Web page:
The Seattle Mariners announced the rosters for their four full-season minor league affiliates earlier this week, and it was surprising to some to see that there were some top prospects who stayed put from 2015 or even went back a level. We did a preview of the four teams yesterday, and in prepping that piece, SeattleClubhouse's Rick Randall spoke with Mariners Director of Player Development Andy McKay about some of those assignments and about the thought process that the front office is communicating to all of it's players in 2016 as they start a new plan in player development.
Of the notable names not on full-season rosters, Alex Jackson is the most obvious. The club’s top pick in the 2014 Draft and top prospect on most lists is staying in extended spring training to get some extra work in, and he’ll most likely once again head to Everett when they open their season. Other noted hitting prospects not on rosters currently include Christopher Torres, Brayan Hernandez, Greifer Andrade and Anthony Jimenez – who all played in the DSL last year – Gareth Morgan, Corey Simpson and Yojhan Quevedo. Also missing from rosters are pitchers Luiz Gohara, Nick Neidert, Dylan Thompson, Jio Orozco, Jake Brentz and Forrest Snow. All of those arms outside of Snow figure to head to the Northwest League this year, too. For Gohara, one of the most talented young arms in the system, it would be a third shot at Everett, and even though he won’t turn 20 until the end of July, it may be his last shot to finally take a much needed step in a positive direction for the M’s. It is a sign of McKay's vision and the Mariners' plan with development, though, not rewarding Gohara with a push up the ladder that he has not earned.
While some have openly questioned some of the assignments, which included a number of players who stayed at the same level or even moved down a rung on the ladder from last season, Mariners’ Director of Player Development Andy McKay asked the appropriate question, “Where else would we realistically send any of these guys?”
Going a little further on that thought, McKay said that the teams were filled out based off of the players' full history, not just what the new regime saw during spring from the minor leaguers. And he said that the end result is that the club is happy with the makeup of their minor league teams. “Teams were organized based on putting guys where we felt they were development-wise and their ability to compete in their respective leagues. We feel good about the talent level and feel that we have four teams out there that can win baseball games,” McKay told me.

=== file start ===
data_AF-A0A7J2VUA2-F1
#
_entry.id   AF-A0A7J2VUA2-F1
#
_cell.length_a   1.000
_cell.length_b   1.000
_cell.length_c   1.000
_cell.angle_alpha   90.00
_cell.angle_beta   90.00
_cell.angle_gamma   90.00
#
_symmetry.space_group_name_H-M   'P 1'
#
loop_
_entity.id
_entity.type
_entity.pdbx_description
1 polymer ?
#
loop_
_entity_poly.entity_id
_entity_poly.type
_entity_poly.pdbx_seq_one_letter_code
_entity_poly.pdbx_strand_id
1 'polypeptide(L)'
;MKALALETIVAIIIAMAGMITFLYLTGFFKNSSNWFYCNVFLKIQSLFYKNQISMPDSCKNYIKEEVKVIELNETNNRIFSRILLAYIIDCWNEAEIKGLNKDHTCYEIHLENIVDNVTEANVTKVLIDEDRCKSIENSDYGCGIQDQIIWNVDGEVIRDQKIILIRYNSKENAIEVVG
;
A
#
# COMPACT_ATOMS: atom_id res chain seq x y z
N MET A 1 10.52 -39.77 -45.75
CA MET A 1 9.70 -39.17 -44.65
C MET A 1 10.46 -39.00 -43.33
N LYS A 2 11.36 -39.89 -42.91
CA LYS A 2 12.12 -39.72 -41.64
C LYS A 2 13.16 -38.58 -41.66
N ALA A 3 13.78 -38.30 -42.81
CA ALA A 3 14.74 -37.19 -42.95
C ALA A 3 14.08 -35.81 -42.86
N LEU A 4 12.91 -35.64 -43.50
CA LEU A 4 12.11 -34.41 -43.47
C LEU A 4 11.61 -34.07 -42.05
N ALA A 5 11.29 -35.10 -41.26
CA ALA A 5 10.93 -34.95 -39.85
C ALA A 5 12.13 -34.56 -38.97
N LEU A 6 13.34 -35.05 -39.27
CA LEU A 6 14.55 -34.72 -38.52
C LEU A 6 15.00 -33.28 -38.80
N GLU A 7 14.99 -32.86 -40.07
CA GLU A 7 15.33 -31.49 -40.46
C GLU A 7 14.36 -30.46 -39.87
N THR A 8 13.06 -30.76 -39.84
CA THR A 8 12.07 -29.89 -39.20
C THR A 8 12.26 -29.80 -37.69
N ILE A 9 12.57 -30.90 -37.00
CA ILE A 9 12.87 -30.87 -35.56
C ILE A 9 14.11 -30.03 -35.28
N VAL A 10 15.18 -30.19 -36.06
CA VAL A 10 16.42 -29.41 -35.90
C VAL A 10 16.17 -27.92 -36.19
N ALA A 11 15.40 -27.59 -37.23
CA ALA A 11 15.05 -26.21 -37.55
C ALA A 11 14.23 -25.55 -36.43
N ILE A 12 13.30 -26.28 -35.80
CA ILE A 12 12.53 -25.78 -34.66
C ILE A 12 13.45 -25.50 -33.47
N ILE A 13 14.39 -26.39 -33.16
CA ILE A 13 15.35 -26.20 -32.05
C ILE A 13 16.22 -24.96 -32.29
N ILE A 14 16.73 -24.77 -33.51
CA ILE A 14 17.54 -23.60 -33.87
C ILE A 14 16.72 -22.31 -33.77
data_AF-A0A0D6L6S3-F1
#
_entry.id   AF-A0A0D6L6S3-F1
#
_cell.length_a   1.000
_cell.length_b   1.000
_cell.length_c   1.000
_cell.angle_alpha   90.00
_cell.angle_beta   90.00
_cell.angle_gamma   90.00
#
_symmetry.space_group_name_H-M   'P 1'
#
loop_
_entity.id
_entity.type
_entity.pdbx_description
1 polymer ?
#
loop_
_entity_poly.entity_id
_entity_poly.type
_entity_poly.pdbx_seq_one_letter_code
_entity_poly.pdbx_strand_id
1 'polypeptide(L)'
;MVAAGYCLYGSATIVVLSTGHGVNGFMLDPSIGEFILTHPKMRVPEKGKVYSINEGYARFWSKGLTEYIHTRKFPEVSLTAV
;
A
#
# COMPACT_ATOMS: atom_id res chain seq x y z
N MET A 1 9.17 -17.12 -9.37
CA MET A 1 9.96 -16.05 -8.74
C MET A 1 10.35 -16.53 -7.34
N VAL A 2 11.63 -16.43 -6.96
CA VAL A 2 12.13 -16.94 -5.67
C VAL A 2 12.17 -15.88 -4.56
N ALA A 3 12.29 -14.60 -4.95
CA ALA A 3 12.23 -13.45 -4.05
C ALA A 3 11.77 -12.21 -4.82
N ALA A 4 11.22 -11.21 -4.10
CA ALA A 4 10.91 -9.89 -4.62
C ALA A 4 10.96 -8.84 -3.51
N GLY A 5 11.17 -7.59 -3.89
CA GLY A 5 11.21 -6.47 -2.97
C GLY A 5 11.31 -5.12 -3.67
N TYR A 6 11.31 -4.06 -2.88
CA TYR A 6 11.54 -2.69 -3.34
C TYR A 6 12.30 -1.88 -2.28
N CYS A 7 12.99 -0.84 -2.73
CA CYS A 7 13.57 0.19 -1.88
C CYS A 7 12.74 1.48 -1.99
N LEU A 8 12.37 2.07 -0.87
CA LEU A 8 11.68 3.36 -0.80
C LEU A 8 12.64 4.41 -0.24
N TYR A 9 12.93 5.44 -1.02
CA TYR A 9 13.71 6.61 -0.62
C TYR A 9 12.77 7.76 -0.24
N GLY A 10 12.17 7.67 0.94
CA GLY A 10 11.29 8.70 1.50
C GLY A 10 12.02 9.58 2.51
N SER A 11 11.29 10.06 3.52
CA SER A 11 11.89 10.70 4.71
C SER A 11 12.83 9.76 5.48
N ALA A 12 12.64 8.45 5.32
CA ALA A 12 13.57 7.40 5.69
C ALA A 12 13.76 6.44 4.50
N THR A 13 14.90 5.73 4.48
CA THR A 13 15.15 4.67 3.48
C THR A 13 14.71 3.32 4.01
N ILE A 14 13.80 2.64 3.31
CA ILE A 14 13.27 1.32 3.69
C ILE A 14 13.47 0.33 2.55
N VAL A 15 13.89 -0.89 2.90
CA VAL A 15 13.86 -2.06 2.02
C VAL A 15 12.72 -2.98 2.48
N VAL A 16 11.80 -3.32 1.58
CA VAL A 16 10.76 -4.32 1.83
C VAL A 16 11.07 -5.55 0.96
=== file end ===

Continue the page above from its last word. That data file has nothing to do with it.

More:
The first time McKay spoke extensively of his plan to media members was at the M’s Annual Media Luncheon in late-January, and winning at the minor league level was a topic that he touched on there to the group and something that he and I discussed more in-depth afterwards, too. While most in baseball often focus on individual development over wins and losses, McKay says that learning to win in the minors is all part of learning how to be a contributing big leaguer.
He expanded on the ideas of winning and being accountable being important to me in our latest talk, stating, “We put them at the level that we feel is best for their development. It is really important to our culture that players earn their right to move up. I don’t want them to feel that they’ve been handed anything. We’re trying to develop some of the best baseball players in the world, and there has to be consistency to it. If you remove the accountability requiring performance, you’re confusing the player and setting them up to fail.”
“Consistency in the process and consistency in the result,” is key, McKay said to me. “When I say process,” he continued, “I mean how a guy goes about his business – on and off the field. Helping the team win a game. Winning baseball games is important because that is what we are trying to accomplish at the big league level.”
His ideas may seem basic in principle, but McKay's view of what player development truly means is a little different than what the Mariners and other organizations have typically done. Different isn't always good, and it isn't always bad. But for what it's worth, the entire new Mariners regime echoes these same views from what I've heard. And that again speaks to the consistency that McKay is trumpeting as a key factor. Whether that means the entire organization latching on to the "CtheZ" theme that has been around for some time in the system, or if it means consciously looking to have the minor league teams win. The consistent message helps send a confident message to the players that the organization is paying attention and that their efforts do matter.
"This game is about confidence," McKay says, "And the way you build confidence in an athlete is setting challenges in front of them and having them meet those challenges. The outcome that we’re looking for is that they impact at the major leagues and help us win baseball games in Seattle."
What does he hope that looks like in players that are coming through the organization now? "Players that move through our system will be confident because they will have earned it," McKay told me. "I’m really excited about the players we have and the process that we have in place."
Looking for more Mariners news, articles and player interviews? Want to keep up with which prospects are hot and cold for the M's? "Like" SeattleClubhouse on Facebook and follow SeattleClubhouse site Editor Rick Randall on Twitter at @randallball.